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Mobile WiMax Takes Fixed Field

It may not be long before the "d" in 802.16d stands for "defunct." More and more WiMax companies acknowledge that 802.16e -- the standard often called "mobile WiMax" -- is in demand for fixed deployments, too.

"We think the basic technology for WiMax will be 802.16e," says Tzvika Friedman, president and CEO of Alvarion Technologies Ltd. (Nasdaq: ALVR), a WiMax pioneer and early proponent of 802.16d. "We plan to come out with 'e-ready' systems by the end of the year," Friedman says. A quick primer: WiMax comes in two basic flavors -- one designed for fixed wireless and one for mobile. The fixed version, with the catchy name of 802.16d-2004, was designed to be a replacement or supplement for broadband cable access or DSL. A more recently ratified version, 802.16e-2005, allows for roaming among base stations as well. Thus, the two standards are generally known as "fixed WiMax" and "mobile WiMax." But according to many of the hardware makers who attended the Wireless Communications Association International (WCA) annual conference in Washington last week, 802.16e is the new fixed WiMax.

"We've been getting lots of RFPs and RFIs (requests for proposals and information) for fixed WiMax," says Byron Young, vice president of marketing at Adaptix Inc. , which also makes WiMax base stations. "They used to say 802.16d. Now they say 802.16e. Some are municipalities. Some are emerging countries. Some are MSOs."

In the fall of this year, Adaptix plans to release base stations that run in both the 2.5GHz and 2.3GHz ranges, meaning they can operate in the bands used in the United States.

"If you want to get in front of a tier one mobile carrier, you better have your product in front of them this year," Young says.

Next year Adaptix plans to release a WiMax picocell base station, for use in small coverage areas such as the inside of a building.

Fellow base station maker Aperto Networks Inc. is moving toward 802.16e, as well. "We'll follow the Rosedale 2 roadmap," says Mike Pratt, president and CEO of Aperto, referring to Intel's plans for a client chipset that supports both 802.16d and 802.16e, which is due to ship by the fall of this year. (See Intel Wows With Dualmode WiMax.)

So, who has plans for all these base stations? Publicly, 802.16e has received an official stamp of approval among emerging markets. (See Motorola Makes WiMax Breakthrough .) Since then, WiMax vendors have reported demand from cable operators, who are generally trying to work wireless services into their portfolios. (See T-Mobile, Cable MSOs May Spend on Spectrum.) Now vendors are receiving inquiries from satellite operators, according to both Alvarion's Tzvika and Aperto's Pratt. Aperto already is in trials with Indonesia's Citra Sari Makmur (CSM), and other satellite companies have voiced interest in WiMax rollouts, Pratt says. (See Aperto Deployment Expanded.) "That does make some sense," says Ken Dulaney, vice president of mobile computing at Gartner Inc. "Even though they are satellite, they must be considered wireline operators because they don’t have wireless on the ground. So WiMax is a distribution mechanism for them."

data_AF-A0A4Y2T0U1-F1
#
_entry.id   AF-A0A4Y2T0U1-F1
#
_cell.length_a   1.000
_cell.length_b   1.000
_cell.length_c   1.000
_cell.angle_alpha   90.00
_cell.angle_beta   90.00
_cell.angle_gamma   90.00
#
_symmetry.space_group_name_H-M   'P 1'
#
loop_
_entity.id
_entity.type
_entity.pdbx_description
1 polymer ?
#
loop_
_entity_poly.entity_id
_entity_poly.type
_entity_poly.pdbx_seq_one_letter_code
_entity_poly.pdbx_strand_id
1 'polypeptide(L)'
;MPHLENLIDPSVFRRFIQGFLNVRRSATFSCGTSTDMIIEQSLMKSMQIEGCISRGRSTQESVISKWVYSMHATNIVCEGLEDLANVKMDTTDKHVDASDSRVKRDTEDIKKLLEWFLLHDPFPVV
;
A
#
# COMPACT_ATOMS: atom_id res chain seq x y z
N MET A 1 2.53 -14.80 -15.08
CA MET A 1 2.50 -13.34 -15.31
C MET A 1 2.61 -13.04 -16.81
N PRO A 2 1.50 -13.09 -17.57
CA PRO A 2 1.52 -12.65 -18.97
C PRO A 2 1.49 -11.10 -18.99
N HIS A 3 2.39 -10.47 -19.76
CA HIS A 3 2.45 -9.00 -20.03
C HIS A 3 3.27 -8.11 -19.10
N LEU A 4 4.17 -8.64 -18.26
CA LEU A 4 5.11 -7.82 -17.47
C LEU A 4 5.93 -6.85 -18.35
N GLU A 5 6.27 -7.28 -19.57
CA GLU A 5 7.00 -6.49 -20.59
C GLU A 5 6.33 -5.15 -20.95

Meanwhile, the development of mobile devices that support 802.16e should help boost its adoption as an actual mobile standard. One problem is that WiMax chipsets tend to be power-hungry for small devices, but component manufacturers are working on that.

"We are taping out in mid-July an 802.16e radio --- 180 milliwats as opposed to 4- or 500 milliwatts," says Charles Harper, chairman and co-founder of Sierra Monolithics Inc. , which makes WiMax transceivers. Samples of the lower-power radio should be available by October of this year, Harper says.

— Carmen Nobel, Senior Editor, Light Reading

free_radio 12/5/2012 | 3:49:44 AM
re: Mobile WiMax Takes Fixed Field http://biz.yahoo.com/ap/060705...

With $600 million from Intel and another sweet $300 million from others, WiMax (mobile+fixed) is challenging the Cellular world (UMTS + CDMA2000).

I think if Intel can do one more step - which is to partner and sleep together with the UMTS GSM people, then cutting off the air supply of Qualcomm CDMA2000 is in place.

oh, by the way, please do not include the WiFi Mesh talk on this discussion ... Mesh is just an accessory vehicle, not the primary vehicle. WiMax can use the Mesh concept when it is logical such as emergency, short-term temporary networks.
meshsecurity 12/5/2012 | 3:49:44 AM
re: Mobile WiMax Takes Fixed Field True, I see your point. But, I still think you should be doing more.


freetoair 12/5/2012 | 3:49:42 AM
re: Mobile WiMax Takes Fixed Field What is your point?
Perhaps this is just another doomed Intel strategy that should be looked at a bit closer in their restructuring plan? WiMAX as a microwave e1/t1 solution is filling in the existing niche market which is not dramatically growing.
As for mobile broadband there is no compelling differentiator. the datarate is not dramatically better, the coverage especially at the spectrum available is worse, the networks are not built (as they are with 3G/UMTS), voice solution is not addressed (primary mobile app), the terminals are not in volume, the battery/heat issues with the terminals is worse than 3G/UMTS. OFDMA is good but an incremental step that is being cooped by QCOM and 3G LTE, etc.

Intel is shooting blanks. more a PR campaign at this time than a high growth, revenue generating business.

Clearwire IPO offering was sure to fall flat so it really was a non-starter anyway.
free_radio 12/5/2012 | 3:49:41 AM
re: Mobile WiMax Takes Fixed Field Good point, I do understand that WiMax at its current state won't be able to challenge the Cellular.

In my own personal opinion, Intel is going in the different direction that the QCOM' approach. Intel is building it up from the personal computer platform while QCOM and/or Cellular UMTS is continuing their monopoly from the handset platform. I believe there is more upside from the personal computer compare to the handset since in the near future, there is a need to pack more display viewing and power-hungry systems. We can shrink the PC platform (like for example, a cool tablet PC) and it's still viewable than shrinking the handset platform.